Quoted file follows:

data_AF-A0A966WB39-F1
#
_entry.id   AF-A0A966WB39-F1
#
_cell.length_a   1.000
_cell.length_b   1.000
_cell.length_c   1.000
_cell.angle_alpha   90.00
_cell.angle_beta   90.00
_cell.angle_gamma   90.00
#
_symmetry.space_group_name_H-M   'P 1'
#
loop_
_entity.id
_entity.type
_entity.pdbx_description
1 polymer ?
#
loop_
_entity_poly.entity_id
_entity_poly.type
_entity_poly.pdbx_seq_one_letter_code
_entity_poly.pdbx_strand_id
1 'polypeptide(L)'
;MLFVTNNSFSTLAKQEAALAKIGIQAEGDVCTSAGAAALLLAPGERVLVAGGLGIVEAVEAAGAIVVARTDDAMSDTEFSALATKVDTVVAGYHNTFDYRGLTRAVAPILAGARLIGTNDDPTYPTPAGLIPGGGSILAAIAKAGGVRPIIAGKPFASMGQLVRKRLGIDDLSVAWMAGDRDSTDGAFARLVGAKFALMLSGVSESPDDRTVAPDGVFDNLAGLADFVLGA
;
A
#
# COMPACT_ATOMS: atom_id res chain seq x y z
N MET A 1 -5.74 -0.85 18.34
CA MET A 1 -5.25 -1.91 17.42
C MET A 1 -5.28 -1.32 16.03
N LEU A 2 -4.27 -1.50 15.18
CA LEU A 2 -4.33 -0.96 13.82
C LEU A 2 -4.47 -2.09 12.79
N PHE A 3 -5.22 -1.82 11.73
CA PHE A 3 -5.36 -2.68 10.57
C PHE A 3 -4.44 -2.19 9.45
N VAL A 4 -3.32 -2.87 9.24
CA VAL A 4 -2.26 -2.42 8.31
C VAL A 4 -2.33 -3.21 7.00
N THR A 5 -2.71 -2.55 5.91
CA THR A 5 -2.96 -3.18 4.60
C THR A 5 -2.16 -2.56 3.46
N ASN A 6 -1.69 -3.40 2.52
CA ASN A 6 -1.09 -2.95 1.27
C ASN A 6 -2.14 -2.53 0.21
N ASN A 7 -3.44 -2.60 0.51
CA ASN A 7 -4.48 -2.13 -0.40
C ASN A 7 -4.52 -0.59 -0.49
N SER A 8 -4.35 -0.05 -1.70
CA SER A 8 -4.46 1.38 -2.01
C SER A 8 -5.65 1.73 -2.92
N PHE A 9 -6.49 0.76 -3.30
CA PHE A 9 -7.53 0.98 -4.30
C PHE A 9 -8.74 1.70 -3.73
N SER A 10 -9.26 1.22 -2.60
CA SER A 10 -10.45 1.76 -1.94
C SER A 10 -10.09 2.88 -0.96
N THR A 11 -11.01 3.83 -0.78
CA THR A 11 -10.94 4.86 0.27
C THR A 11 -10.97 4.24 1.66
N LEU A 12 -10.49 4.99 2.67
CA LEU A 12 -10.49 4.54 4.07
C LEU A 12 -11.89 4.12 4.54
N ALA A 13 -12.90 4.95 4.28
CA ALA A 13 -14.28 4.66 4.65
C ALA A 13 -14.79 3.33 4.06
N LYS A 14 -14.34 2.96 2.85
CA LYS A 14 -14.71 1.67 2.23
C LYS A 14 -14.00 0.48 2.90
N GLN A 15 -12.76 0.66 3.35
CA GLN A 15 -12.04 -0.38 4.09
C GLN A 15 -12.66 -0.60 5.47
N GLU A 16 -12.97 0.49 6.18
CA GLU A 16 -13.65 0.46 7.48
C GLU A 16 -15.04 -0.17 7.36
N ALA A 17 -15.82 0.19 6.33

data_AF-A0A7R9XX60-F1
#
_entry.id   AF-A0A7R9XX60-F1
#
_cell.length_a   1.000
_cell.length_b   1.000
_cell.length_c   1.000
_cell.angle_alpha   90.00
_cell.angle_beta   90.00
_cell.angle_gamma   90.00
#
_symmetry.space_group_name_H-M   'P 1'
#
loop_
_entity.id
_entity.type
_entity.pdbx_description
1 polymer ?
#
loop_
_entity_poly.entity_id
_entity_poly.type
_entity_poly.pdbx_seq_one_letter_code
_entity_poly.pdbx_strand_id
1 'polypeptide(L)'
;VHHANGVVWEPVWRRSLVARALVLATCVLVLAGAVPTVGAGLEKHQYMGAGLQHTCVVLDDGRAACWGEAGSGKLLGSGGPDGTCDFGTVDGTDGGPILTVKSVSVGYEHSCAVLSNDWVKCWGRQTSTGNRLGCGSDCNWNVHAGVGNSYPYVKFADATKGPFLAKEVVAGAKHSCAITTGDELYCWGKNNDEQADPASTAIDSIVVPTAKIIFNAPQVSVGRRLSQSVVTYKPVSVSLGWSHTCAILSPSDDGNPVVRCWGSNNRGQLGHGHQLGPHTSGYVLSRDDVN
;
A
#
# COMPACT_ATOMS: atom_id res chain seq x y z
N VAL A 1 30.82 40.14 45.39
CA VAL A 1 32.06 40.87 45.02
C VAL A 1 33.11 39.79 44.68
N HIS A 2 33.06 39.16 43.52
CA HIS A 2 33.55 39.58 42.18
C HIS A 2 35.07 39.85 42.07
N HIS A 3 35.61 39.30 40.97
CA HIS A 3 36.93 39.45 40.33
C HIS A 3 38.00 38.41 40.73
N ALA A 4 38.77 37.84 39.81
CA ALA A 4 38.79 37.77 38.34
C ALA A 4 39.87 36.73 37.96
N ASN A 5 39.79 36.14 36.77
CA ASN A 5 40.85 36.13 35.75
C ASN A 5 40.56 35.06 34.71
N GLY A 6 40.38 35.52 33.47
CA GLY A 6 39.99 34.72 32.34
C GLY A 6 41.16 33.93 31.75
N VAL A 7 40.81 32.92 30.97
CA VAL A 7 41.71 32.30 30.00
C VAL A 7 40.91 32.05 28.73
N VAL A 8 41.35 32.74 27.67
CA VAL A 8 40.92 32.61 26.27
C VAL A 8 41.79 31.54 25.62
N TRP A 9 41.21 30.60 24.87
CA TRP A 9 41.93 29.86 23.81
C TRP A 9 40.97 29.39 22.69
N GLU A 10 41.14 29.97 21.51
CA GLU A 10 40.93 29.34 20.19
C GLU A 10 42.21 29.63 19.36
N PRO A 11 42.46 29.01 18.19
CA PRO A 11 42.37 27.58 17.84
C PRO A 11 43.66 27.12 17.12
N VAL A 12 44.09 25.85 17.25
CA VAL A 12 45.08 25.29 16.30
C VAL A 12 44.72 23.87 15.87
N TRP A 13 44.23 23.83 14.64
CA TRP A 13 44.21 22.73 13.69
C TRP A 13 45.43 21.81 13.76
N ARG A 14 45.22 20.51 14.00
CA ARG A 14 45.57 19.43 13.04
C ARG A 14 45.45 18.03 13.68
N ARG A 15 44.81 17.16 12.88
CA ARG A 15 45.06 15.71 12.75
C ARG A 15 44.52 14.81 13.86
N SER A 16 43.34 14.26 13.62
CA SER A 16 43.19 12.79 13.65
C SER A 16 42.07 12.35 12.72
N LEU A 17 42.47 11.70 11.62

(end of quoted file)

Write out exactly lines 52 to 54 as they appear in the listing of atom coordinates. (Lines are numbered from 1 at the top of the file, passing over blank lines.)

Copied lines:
N SER A 8 -4.35 -0.05 -1.70
CA SER A 8 -4.46 1.38 -2.01
C SER A 8 -5.65 1.73 -2.92